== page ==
PAIR A DICE x ALOHA SERVED DAILY (PRIVATE LABEL)

Wednesday, November 18th, 2009 by

Releasing this Saturday, November 21st.

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With Christmas rapidly approaching us around the corner, we’ve shifted our seasonal focus on just that: the winter season, while keeping the Hawaiiana culture intact. And while many upstarts and well established companies are clearly out there exploiting Hawaiian culture, traditions and customs just to make a quick buck, we’re sitting back and shaking our heads. Without knowing, at first glance, it would look as if we’re doing the same; but if one looks further, you would realize that we’re educating as opposed to exploitation. “The proof is in the poi.” But you already knew that.

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WEB EXCLUSIVE: BURN EXCLUSIVE & HILLSIDE GIANTS

Monday, November 16th, 2009 by

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WEB EXCLUSIVE: DUCK BLACK KAMEHAMEHA, LONG BEACH 49ERS, ORIGINAL & REIGN SUPREME

Friday, November 13th, 2009 by

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CHEEHUU!

Thursday, November 12th, 2009 by

Releasing Saturday, November 14th.

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Shaka value. You can never have too many shaka’s thrown about; the shaka is the new “peace sign.” The Honolulu Star Bulletin ran an article back in 2002 about the possible origin of the infamous “shaka,” and according to one legend, a man named Hamana Kalili of Laie whom once held a position at the Kahuku Sugar Mill, lost three of his fingers while feeding the sugar cane into a rolling-machine which turned the sugar cane stalks into sugar “juice.” Due to that accident, he had to leave the sugar mill and eventually picked a job up as a security guard on the “sugar train” which traveled between Sunset Beach and Ka’a’awa. “One of his jobs was to keep all the kids off the train,” says Vonn Logan, Kalili’s grandnephew. “All the kids would try to jump the train to ride from town to town. So they started signaling each other. Since (Kalili) lost his fingers, the perfect signal was what we have now as the ‘shaka sign.’ That’s how you signaled the way was clear.” So there you have it, the story of the origin of the “shaka sign.” As far as the word, it’s still pretty unclear where that originated.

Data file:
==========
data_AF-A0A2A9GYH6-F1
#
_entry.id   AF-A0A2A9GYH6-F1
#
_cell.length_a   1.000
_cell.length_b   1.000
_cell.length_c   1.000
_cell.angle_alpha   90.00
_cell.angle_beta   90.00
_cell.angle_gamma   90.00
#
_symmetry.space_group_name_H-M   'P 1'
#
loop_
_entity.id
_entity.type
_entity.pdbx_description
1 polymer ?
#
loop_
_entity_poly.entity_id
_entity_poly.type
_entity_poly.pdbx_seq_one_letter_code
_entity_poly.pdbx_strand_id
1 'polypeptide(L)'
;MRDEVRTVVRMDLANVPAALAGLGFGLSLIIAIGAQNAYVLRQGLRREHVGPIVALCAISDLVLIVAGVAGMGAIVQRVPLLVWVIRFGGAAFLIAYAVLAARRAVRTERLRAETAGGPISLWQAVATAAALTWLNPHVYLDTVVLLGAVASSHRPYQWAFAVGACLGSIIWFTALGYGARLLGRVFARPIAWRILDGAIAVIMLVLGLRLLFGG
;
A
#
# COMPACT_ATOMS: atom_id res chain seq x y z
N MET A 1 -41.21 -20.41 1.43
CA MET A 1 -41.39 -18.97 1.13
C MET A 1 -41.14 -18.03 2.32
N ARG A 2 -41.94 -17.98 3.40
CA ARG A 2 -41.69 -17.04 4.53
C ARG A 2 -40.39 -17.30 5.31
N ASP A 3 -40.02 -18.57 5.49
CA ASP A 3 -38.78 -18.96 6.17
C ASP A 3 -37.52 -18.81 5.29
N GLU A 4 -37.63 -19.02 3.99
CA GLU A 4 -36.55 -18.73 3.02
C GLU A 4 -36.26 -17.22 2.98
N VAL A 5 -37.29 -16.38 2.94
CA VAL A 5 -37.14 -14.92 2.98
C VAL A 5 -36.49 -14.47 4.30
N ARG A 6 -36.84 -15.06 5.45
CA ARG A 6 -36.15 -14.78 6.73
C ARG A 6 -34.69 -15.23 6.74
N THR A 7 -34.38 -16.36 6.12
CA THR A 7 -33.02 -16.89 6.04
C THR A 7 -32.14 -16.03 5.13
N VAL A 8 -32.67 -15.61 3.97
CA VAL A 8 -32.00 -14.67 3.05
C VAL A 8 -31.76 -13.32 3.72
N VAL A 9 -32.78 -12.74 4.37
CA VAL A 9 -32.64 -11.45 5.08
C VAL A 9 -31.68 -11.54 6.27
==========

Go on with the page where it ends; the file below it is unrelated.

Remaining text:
This Saturday, we’re releasing a woven-straw hat featuring that infamous shaka that even Obama threw up during his inauguration. The shaka, in raised white stitching rests on the front of the cap, contrasted with an orange top button, green New Era sign and both green and lighter shade of green on the underbill which creates a tri-lock pattern, also seen on the satin lining on the inside. Backside features the crest in raised stitching; green with a white stroke. Per normal, these are sure to fly off the shelves, so be well prepared!

NOW ONLINE: MABUHAY SERVED DAILY

Saturday, November 7th, 2009 by

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MABUHAY SERVED DAILY

Wednesday, November 4th, 2009 by

Releasing Saturday, November 7th.

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Proceeds from this release will be going toward the relief effort in the Philippines.